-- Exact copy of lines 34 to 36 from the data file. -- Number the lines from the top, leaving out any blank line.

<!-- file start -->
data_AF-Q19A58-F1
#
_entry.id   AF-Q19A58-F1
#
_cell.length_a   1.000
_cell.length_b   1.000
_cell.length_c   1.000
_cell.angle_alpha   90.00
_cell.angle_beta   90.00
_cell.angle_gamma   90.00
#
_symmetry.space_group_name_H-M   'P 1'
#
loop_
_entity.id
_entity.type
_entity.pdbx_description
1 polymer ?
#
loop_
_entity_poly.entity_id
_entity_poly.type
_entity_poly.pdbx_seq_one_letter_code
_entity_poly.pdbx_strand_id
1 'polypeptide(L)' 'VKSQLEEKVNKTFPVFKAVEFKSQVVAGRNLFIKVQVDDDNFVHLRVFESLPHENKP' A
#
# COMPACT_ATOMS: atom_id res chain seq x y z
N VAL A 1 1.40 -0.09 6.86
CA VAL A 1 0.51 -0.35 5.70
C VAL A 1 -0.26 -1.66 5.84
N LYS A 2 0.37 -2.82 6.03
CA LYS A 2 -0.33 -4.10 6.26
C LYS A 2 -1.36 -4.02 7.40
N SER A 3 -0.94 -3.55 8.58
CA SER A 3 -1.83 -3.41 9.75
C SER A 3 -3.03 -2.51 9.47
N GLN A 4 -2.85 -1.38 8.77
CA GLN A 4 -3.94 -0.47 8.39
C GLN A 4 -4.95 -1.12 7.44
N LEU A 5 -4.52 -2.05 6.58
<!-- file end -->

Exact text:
N SER A 3 -0.94 -3.55 8.58
CA SER A 3 -1.83 -3.41 9.75
C SER A 3 -3.03 -2.51 9.47